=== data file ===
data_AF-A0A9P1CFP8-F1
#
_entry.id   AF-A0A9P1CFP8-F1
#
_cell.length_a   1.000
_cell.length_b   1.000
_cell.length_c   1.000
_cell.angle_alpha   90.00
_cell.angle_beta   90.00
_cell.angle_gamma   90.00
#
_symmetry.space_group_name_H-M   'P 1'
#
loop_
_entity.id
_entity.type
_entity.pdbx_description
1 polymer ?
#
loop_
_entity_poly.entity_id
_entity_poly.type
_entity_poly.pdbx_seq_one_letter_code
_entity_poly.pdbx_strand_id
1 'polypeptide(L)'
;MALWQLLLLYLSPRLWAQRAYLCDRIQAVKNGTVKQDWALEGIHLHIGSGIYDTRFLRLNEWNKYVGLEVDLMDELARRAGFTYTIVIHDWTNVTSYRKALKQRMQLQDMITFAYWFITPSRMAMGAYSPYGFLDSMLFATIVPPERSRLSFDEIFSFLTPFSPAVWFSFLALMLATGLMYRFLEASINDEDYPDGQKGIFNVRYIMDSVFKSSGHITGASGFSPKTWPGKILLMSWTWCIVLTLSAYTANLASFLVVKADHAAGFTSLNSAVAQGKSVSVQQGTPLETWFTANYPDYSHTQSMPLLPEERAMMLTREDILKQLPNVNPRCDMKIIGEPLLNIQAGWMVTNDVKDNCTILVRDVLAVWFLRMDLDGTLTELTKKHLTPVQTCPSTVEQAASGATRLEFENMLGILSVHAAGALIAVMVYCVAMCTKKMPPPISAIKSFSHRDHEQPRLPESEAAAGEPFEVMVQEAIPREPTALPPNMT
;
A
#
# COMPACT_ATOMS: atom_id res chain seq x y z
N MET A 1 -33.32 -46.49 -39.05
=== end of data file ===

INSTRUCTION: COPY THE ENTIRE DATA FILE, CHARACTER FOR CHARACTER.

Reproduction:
data_AF-A0A9P1CFP8-F1
#
_entry.id   AF-A0A9P1CFP8-F1
#
_cell.length_a   1.000
_cell.length_b   1.000
_cell.length_c   1.000
_cell.angle_alpha   90.00
_cell.angle_beta   90.00
_cell.angle_gamma   90.00
#
_symmetry.space_group_name_H-M   'P 1'
#
loop_
_entity.id
_entity.type
_entity.pdbx_description
1 polymer ?
#
loop_
_entity_poly.entity_id
_entity_poly.type
_entity_poly.pdbx_seq_one_letter_code
_entity_poly.pdbx_strand_id
1 'polypeptide(L)'
;MALWQLLLLYLSPRLWAQRAYLCDRIQAVKNGTVKQDWALEGIHLHIGSGIYDTRFLRLNEWNKYVGLEVDLMDELARRAGFTYTIVIHDWTNVTSYRKALKQRMQLQDMITFAYWFITPSRMAMGAYSPYGFLDSMLFATIVPPERSRLSFDEIFSFLTPFSPAVWFSFLALMLATGLMYRFLEASINDEDYPDGQKGIFNVRYIMDSVFKSSGHITGASGFSPKTWPGKILLMSWTWCIVLTLSAYTANLASFLVVKADHAAGFTSLNSAVAQGKSVSVQQGTPLETWFTANYPDYSHTQSMPLLPEERAMMLTREDILKQLPNVNPRCDMKIIGEPLLNIQAGWMVTNDVKDNCTILVRDVLAVWFLRMDLDGTLTELTKKHLTPVQTCPSTVEQAASGATRLEFENMLGILSVHAAGALIAVMVYCVAMCTKKMPPPISAIKSFSHRDHEQPRLPESEAAAGEPFEVMVQEAIPREPTALPPNMT
;
A
#
# COMPACT_ATOMS: atom_id res chain seq x y z
N MET A 1 -33.32 -46.49 -39.05